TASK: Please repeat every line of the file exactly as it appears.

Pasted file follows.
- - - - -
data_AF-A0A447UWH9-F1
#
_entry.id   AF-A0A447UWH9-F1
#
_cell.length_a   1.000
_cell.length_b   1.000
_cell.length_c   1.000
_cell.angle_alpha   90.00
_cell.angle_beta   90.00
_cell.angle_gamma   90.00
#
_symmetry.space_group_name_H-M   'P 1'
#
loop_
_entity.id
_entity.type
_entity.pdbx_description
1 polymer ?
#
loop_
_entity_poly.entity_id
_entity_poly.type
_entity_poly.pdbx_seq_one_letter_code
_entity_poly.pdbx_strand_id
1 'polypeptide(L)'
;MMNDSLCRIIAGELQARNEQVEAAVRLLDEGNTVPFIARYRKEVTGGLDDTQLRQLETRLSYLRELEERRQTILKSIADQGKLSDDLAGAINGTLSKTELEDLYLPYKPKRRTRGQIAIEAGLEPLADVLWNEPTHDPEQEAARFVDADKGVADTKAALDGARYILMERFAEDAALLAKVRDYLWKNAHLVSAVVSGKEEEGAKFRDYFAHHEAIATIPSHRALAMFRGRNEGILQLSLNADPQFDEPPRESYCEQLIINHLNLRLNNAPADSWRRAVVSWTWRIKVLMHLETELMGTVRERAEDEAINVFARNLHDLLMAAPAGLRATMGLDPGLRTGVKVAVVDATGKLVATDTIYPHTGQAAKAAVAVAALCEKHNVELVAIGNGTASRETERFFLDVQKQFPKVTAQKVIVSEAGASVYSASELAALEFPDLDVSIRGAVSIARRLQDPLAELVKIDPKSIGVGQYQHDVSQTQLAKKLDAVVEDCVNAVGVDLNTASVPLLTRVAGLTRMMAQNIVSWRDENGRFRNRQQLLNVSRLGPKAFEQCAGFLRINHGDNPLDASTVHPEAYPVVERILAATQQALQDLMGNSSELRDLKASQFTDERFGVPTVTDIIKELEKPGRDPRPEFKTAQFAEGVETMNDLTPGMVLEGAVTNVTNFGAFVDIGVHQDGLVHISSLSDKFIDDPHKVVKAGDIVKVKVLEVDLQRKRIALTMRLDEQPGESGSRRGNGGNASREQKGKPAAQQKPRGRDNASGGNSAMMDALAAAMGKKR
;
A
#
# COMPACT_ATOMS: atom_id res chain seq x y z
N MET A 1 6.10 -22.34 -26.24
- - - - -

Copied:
data_AF-A0A447UWH9-F1
#
_entry.id   AF-A0A447UWH9-F1
#
_cell.length_a   1.000
_cell.length_b   1.000
_cell.length_c   1.000
_cell.angle_alpha   90.00
_cell.angle_beta   90.00
_cell.angle_gamma   90.00
#
_symmetry.space_group_name_H-M   'P 1'
#
loop_
_entity.id
_entity.type
_entity.pdbx_description
1 polymer ?
#
loop_
_entity_poly.entity_id
_entity_poly.type
_entity_poly.pdbx_seq_one_letter_code
_entity_poly.pdbx_strand_id
1 'polypeptide(L)'
;MMNDSLCRIIAGELQARNEQVEAAVRLLDEGNTVPFIARYRKEVTGGLDDTQLRQLETRLSYLRELEERRQTILKSIADQGKLSDDLAGAINGTLSKTELEDLYLPYKPKRRTRGQIAIEAGLEPLADVLWNEPTHDPEQEAARFVDADKGVADTKAALDGARYILMERFAEDAALLAKVRDYLWKNAHLVSAVVSGKEEEGAKFRDYFAHHEAIATIPSHRALAMFRGRNEGILQLSLNADPQFDEPPRESYCEQLIINHLNLRLNNAPADSWRRAVVSWTWRIKVLMHLETELMGTVRERAEDEAINVFARNLHDLLMAAPAGLRATMGLDPGLRTGVKVAVVDATGKLVATDTIYPHTGQAAKAAVAVAALCEKHNVELVAIGNGTASRETERFFLDVQKQFPKVTAQKVIVSEAGASVYSASELAALEFPDLDVSIRGAVSIARRLQDPLAELVKIDPKSIGVGQYQHDVSQTQLAKKLDAVVEDCVNAVGVDLNTASVPLLTRVAGLTRMMAQNIVSWRDENGRFRNRQQLLNVSRLGPKAFEQCAGFLRINHGDNPLDASTVHPEAYPVVERILAATQQALQDLMGNSSELRDLKASQFTDERFGVPTVTDIIKELEKPGRDPRPEFKTAQFAEGVETMNDLTPGMVLEGAVTNVTNFGAFVDIGVHQDGLVHISSLSDKFIDDPHKVVKAGDIVKVKVLEVDLQRKRIALTMRLDEQPGESGSRRGNGGNASREQKGKPAAQQKPRGRDNASGGNSAMMDALAAAMGKKR
;
A
#
# COMPACT_ATOMS: atom_id res chain seq x y z
N MET A 1 6.10 -22.34 -26.24